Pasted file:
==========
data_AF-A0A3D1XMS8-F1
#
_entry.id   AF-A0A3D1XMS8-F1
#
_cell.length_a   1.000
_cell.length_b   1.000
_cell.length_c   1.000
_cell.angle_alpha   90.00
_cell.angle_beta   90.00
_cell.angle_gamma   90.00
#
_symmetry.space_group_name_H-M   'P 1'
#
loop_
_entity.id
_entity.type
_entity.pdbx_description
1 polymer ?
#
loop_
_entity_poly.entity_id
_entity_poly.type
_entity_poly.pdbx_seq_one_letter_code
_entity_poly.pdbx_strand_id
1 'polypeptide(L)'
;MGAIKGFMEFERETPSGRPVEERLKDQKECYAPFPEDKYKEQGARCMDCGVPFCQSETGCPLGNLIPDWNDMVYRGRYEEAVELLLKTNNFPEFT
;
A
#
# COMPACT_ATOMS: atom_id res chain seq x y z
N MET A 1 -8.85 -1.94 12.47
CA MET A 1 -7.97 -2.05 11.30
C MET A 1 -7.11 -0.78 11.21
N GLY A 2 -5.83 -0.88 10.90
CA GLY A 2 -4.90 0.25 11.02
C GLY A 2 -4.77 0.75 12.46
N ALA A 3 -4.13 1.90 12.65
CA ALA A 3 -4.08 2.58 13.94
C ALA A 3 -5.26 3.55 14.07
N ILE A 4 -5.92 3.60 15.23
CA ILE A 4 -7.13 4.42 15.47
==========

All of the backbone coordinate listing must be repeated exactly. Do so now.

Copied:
data_AF-A0A3D1XMS8-F1
#
_entry.id   AF-A0A3D1XMS8-F1
#
_cell.length_a   1.000
_cell.length_b   1.000
_cell.length_c   1.000
_cell.angle_alpha   90.00
_cell.angle_beta   90.00
_cell.angle_gamma   90.00
#
_symmetry.space_group_name_H-M   'P 1'
#
loop_
_entity.id
_entity.type
_entity.pdbx_description
1 polymer ?
#
loop_
_entity_poly.entity_id
_entity_poly.type
_entity_poly.pdbx_seq_one_letter_code
_entity_poly.pdbx_strand_id
1 'polypeptide(L)'
;MGAIKGFMEFERETPSGRPVEERLKDQKECYAPFPEDKYKEQGARCMDCGVPFCQSETGCPLGNLIPDWNDMVYRGRYEEAVELLLKTNNFPEFT
;
A
#
# COMPACT_ATOMS: atom_id res chain seq x y z
N MET A 1 -8.85 -1.94 12.47
CA MET A 1 -7.97 -2.05 11.30
C MET A 1 -7.11 -0.78 11.21
N GLY A 2 -5.83 -0.88 10.90
CA GLY A 2 -4.90 0.25 11.02
C GLY A 2 -4.77 0.75 12.46
N ALA A 3 -4.13 1.90 12.65
CA ALA A 3 -4.08 2.58 13.94
C ALA A 3 -5.26 3.55 14.07
N ILE A 4 -5.92 3.60 15.23
CA ILE A 4 -7.13 4.42 15.47